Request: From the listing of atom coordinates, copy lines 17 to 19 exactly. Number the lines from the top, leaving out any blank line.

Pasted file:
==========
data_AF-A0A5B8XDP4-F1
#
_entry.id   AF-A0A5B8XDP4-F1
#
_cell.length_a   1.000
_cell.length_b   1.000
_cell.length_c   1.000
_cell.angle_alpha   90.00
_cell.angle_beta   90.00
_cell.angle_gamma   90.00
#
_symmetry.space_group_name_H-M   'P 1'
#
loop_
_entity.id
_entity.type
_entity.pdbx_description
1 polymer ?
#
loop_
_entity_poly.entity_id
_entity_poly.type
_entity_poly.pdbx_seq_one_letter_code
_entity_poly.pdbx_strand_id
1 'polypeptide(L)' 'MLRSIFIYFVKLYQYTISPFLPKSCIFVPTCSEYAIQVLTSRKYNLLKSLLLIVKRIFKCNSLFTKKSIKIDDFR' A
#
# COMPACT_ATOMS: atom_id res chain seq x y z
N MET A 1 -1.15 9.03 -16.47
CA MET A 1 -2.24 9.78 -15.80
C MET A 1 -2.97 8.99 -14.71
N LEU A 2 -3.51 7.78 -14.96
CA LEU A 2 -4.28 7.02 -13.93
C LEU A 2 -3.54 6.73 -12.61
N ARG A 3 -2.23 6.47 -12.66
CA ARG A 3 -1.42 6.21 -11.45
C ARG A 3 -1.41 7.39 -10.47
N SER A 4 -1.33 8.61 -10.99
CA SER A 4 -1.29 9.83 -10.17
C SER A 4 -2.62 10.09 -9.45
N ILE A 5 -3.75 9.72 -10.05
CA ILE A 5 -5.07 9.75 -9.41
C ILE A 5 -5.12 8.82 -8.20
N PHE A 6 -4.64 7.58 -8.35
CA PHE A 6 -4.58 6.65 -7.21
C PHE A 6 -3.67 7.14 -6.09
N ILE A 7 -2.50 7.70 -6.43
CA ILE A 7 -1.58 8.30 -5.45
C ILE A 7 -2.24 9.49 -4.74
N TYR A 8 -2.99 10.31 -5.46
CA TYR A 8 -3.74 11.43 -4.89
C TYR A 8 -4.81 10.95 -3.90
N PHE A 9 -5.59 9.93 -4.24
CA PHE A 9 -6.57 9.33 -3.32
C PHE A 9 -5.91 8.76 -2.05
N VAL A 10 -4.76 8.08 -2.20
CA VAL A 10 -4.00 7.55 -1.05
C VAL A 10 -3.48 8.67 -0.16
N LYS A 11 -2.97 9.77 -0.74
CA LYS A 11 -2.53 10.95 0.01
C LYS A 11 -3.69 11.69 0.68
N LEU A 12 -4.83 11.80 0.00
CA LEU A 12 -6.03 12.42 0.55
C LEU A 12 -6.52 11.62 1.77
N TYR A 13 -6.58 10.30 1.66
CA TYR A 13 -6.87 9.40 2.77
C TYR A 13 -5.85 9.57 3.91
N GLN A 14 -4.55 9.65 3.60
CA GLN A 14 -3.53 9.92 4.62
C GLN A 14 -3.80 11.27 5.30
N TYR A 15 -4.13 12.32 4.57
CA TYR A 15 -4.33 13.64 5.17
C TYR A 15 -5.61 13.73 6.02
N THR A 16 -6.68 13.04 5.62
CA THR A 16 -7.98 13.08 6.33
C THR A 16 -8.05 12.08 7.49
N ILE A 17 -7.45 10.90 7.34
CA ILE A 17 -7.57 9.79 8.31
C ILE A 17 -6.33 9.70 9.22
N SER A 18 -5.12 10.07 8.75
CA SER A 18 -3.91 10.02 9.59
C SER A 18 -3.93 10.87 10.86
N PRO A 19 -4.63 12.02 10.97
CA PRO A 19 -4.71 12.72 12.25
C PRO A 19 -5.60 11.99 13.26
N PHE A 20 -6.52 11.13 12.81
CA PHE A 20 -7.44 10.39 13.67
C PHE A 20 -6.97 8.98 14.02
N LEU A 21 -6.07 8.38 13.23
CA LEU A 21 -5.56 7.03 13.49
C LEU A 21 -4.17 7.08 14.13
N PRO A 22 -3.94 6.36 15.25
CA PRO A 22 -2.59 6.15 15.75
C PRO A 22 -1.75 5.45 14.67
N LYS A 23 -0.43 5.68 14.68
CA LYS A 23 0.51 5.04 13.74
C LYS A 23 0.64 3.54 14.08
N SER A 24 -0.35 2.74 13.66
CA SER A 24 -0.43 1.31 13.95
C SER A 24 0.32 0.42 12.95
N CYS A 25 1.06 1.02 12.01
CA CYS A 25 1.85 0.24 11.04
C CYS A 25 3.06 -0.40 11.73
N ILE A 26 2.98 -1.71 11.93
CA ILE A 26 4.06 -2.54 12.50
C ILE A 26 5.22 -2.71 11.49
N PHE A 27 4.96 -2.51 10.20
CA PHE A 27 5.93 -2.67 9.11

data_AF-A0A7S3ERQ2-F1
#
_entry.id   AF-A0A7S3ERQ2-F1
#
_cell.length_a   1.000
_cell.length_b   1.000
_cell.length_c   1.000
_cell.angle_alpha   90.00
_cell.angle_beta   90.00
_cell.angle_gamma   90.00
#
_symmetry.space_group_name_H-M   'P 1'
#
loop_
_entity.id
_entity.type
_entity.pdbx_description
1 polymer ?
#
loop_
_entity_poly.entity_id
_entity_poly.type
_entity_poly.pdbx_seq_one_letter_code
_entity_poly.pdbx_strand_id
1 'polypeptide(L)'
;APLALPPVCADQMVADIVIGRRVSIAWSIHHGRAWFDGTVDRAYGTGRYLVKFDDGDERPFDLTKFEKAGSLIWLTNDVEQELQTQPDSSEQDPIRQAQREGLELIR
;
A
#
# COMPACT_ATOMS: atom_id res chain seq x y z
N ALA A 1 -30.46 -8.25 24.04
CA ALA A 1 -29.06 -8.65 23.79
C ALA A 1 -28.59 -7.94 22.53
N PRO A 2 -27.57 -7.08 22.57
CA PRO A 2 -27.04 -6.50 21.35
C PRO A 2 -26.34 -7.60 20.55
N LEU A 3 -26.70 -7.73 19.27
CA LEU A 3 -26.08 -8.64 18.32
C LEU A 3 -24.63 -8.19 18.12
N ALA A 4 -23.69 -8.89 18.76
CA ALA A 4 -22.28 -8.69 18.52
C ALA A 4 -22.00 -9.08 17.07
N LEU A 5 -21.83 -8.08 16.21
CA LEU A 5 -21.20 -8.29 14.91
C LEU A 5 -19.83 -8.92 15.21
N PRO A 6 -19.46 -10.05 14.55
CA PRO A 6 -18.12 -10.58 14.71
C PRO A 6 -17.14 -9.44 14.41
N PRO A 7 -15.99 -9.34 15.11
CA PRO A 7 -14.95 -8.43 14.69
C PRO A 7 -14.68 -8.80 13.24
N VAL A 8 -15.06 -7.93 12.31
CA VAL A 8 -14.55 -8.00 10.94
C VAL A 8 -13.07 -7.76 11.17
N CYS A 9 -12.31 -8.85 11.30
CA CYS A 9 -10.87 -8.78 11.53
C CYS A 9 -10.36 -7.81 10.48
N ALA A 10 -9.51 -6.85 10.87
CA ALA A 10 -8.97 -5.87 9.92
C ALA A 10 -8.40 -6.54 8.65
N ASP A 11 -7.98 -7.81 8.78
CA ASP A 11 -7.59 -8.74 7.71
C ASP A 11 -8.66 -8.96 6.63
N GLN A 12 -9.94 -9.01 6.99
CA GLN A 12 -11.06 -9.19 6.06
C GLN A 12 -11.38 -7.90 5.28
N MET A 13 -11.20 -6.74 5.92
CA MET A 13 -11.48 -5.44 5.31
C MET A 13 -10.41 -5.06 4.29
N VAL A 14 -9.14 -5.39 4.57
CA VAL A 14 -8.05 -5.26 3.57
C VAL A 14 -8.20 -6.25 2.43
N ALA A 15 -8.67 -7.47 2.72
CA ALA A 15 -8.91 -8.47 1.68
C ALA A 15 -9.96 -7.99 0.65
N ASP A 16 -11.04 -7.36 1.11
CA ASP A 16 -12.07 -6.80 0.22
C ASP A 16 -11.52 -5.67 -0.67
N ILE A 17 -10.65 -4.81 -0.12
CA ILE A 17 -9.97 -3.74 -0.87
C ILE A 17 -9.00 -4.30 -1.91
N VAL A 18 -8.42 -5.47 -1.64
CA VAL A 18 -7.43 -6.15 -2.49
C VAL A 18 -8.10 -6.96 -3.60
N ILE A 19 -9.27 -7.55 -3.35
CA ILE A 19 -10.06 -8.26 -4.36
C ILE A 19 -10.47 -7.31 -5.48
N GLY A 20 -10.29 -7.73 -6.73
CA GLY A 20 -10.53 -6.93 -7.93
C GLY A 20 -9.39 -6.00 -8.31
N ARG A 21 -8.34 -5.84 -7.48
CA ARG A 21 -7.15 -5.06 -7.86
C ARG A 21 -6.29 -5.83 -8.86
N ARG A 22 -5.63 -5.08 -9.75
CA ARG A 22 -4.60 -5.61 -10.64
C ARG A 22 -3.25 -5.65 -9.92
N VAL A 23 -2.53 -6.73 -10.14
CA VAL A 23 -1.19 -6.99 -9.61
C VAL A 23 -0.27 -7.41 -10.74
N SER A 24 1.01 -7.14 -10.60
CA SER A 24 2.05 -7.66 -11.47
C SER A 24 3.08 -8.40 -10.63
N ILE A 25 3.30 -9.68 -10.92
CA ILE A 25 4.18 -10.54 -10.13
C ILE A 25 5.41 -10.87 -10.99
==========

_entity.pdbx_description
1 polymer ?
#